Some of my students seem really detached from the course requirements – they don’t appreciate why, for example, we assign adaptive reading modules. As a consequence, they circumvent the deep learning that is supposed to occur, and they “phone in” their performance.  If an athlete demonstrated that same mind-set at practice, I think the coach would very effectively communicate his/her displeasure!  The invisibility of their poor preparation allows them to dodge, deny, or at least defer, the consequences of a poor performance.

So, it seems to me that one of my roles is to help coach my students to up their game.  I can make sure they know what they’ve signed up for, time-wise, and help them develop personal schedules that include enough prep time.  I can suggest they see themselves as professionals-in-training, rather than the passive students many of them were in high school.  I can do more than convey content; I can help them develop basic academic skills, adopt habits of mind, and embrace a set of ethics and values that will serve them in both school and work.  And maybe, they will all make it to the pros at some level, and when they do, some of them will remember the coaching staff that helped them find their way.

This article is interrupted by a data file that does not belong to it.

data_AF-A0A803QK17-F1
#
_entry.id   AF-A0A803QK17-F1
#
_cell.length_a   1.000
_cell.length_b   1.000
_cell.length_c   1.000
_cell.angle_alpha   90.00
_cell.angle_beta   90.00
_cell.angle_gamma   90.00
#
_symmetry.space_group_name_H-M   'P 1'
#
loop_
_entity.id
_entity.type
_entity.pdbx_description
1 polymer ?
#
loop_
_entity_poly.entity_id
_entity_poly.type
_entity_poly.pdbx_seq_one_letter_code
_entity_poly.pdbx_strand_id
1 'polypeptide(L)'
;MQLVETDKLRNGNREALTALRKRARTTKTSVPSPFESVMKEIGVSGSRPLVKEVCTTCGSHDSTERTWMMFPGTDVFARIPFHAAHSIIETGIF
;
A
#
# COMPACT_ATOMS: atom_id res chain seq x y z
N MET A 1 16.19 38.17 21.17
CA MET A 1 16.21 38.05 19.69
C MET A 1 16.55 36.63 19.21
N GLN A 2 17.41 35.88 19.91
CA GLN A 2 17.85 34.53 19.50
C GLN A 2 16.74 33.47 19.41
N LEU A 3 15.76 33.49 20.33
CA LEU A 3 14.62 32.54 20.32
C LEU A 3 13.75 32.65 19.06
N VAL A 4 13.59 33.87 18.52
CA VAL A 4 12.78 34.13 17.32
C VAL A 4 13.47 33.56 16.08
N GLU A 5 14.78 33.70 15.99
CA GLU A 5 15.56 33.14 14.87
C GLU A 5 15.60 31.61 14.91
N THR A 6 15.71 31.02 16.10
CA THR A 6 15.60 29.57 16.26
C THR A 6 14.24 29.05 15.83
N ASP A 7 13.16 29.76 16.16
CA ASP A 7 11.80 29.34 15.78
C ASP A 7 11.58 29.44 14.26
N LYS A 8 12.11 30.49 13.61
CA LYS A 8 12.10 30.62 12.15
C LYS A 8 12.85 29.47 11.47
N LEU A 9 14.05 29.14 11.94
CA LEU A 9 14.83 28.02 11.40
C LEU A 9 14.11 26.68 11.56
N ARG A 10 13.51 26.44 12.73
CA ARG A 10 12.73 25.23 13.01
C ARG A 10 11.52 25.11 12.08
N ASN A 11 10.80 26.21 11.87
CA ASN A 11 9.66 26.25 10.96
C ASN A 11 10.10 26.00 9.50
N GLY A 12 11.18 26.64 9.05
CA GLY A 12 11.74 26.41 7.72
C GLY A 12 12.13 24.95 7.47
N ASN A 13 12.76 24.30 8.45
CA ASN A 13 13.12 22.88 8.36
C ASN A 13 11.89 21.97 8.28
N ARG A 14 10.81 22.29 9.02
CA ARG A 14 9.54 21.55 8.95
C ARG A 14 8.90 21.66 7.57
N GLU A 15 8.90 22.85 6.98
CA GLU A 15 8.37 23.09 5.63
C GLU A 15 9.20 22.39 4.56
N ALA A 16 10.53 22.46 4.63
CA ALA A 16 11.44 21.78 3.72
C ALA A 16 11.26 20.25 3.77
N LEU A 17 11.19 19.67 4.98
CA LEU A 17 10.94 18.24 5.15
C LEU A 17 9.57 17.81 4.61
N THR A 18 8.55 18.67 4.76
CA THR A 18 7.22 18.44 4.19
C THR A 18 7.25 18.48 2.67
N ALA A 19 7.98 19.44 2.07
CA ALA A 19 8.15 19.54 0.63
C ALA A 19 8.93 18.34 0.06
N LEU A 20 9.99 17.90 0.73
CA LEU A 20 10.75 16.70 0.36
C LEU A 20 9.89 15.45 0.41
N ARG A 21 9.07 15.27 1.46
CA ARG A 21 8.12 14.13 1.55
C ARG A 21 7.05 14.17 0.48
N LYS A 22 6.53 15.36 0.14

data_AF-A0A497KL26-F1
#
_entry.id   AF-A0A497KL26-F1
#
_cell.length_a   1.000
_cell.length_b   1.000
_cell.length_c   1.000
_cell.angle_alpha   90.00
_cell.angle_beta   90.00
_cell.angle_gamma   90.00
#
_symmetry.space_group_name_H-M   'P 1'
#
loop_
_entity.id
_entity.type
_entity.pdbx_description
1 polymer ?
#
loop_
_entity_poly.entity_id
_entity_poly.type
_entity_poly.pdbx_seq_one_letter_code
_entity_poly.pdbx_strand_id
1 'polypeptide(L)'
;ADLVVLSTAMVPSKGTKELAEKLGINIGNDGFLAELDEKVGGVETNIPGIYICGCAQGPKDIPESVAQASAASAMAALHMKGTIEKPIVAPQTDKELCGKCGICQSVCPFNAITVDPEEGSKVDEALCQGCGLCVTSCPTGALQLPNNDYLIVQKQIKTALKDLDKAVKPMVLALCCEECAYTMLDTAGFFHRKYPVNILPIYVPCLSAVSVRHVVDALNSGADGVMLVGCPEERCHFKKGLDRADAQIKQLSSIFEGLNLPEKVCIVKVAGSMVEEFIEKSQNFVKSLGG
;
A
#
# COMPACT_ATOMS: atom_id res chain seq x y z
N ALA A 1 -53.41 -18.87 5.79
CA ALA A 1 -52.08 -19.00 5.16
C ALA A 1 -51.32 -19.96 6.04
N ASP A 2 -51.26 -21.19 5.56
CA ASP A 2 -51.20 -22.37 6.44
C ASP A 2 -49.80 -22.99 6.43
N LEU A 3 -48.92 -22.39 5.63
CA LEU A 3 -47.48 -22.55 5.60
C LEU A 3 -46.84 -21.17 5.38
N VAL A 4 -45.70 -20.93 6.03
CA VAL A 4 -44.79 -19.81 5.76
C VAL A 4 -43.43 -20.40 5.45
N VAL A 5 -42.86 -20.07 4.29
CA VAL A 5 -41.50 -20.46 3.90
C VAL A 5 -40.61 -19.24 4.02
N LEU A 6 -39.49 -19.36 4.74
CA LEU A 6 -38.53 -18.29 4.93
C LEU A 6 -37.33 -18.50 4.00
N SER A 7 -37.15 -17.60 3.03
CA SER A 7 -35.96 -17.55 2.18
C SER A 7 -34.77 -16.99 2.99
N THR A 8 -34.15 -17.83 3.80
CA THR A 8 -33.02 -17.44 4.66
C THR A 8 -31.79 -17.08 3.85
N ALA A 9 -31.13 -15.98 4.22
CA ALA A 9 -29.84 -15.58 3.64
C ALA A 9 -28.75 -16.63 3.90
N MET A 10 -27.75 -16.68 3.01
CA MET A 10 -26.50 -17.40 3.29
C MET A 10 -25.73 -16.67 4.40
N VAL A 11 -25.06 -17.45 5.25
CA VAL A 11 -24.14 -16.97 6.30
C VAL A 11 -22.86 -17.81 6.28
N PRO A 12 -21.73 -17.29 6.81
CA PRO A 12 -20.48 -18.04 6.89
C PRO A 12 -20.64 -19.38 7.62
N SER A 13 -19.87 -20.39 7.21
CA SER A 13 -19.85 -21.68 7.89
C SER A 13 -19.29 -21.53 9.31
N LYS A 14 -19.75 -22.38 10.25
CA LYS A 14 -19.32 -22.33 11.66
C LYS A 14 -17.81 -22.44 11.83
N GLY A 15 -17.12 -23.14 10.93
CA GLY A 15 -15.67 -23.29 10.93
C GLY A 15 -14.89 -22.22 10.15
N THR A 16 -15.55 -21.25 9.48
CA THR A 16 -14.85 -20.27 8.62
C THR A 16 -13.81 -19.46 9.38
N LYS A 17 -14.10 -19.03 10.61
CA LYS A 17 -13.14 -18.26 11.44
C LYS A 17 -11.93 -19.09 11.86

Reasons for Reason

A message from HAPS-President Elect, Betsy Ott.
A message from HAPS President-Elect, Betsy Ott.